If Marcia Gay Harden won an Oscar for playing the long-suffering wife of a tortured artist in Pollock, Salma Hayek should win two for Frida: she plays both the long-suffering wife and the tortured artist. Certainly the life of artist Frida Kahlo offered enough pain for several tour de force performances. Julie Taymorís account doesnít even make time for the polio that crippled Kahlo at age six, instead jumping straight to the bus accident that wiped her out at age 18, leaving her impaled, naked, drenched with blood, and dusted with gold sprinkles (a party favor carried by another passenger). The injuries never fully healed (she died in 1954, at age 47), and the image, like an icon of martyrdom, is one of many stunners in this visually lush homage.
Unfortunately, the film never gets much beyond the icon stage. Hayek brings a flashy dignity and tasteful passion to the role, and her reverence for the self-mythologizing painter and feminist paragon will offend and enlighten no one. As for what Kahlo described as the other "big accident" in her life, her marriage to Diego Rivera, Alfred Molina plays the 300-pound bacchic muralist with a mix of exuberance, frailty, rue, and fury that is the filmís real award-worthy performance. Edward Norton as Nelson Rockefeller and Geoffrey Rush as Leon Trotsky (taking a break from dictating his History of the Russian Revolution to play grab-ass with Frida) add an almost farcical note.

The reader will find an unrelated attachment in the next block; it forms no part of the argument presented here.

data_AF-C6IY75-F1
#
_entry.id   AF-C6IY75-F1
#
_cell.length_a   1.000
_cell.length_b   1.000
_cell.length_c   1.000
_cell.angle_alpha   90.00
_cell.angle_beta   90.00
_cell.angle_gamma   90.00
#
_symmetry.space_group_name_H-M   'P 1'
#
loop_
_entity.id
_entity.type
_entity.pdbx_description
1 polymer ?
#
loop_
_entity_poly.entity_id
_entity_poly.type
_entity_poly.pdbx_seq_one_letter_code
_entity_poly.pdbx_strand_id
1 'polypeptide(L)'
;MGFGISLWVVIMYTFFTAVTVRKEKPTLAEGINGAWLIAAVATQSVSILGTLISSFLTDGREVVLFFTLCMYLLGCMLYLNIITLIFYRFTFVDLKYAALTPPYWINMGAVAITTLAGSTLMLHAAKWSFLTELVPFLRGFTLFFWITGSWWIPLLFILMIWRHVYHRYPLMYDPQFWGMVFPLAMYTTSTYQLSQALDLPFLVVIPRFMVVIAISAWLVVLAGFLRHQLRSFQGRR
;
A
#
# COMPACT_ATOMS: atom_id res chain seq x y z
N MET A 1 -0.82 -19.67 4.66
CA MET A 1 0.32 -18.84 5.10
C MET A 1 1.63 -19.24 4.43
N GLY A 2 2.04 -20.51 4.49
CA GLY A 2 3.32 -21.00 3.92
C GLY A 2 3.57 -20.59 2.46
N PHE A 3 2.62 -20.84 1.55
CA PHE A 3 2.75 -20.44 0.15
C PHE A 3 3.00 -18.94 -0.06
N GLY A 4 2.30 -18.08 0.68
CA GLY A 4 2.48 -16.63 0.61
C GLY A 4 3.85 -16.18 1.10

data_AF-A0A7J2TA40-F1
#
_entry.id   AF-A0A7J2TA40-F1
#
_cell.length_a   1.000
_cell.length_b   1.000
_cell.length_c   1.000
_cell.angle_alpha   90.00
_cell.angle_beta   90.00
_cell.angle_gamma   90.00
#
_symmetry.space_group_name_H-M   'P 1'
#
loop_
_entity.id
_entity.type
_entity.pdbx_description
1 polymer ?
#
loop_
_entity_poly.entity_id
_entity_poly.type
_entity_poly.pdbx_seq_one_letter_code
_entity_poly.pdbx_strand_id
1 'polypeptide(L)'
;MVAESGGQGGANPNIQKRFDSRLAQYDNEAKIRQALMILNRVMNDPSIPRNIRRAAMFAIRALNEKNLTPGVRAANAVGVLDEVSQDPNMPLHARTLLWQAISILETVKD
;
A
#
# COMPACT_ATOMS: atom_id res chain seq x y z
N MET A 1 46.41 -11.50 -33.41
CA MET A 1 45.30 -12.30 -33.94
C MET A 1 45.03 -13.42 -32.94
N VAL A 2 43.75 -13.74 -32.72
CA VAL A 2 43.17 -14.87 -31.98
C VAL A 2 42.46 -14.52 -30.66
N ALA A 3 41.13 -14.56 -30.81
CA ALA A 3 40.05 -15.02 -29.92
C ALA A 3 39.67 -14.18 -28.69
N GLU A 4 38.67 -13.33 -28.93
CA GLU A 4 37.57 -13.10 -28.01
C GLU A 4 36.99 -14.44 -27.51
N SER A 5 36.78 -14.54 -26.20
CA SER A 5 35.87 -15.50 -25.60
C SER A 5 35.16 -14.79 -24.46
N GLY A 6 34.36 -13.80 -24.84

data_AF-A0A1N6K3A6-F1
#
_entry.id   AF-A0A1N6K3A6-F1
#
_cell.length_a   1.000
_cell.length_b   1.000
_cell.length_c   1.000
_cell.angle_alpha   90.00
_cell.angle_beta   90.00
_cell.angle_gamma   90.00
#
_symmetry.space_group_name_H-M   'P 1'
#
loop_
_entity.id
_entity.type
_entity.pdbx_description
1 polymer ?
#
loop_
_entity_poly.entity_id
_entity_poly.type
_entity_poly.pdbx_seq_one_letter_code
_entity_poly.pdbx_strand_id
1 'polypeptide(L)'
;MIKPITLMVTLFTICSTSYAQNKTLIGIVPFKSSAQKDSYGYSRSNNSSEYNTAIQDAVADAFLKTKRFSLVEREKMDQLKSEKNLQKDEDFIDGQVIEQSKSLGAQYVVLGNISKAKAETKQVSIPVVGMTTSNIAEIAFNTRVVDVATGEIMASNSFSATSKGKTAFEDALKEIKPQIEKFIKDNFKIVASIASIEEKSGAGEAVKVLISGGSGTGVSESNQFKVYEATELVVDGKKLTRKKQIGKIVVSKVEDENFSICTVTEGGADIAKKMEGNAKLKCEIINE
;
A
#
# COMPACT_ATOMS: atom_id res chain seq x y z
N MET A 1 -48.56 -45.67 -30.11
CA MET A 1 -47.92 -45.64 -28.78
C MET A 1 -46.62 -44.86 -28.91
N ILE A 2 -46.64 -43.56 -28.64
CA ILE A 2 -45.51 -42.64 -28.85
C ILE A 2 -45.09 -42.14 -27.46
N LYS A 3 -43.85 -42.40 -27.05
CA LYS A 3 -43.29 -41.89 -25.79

But if Taymor fails to portray the artist or her times, she does touch on the mystery of artistic creation. Such mundane details as a peasant dress or toes peering out of bathwater burst into playful, profound collages of the imagination at work. The beauty of Taymorís vision of how the paintings were inspired at times exceeds that of the paintings themselves. (119 minutes)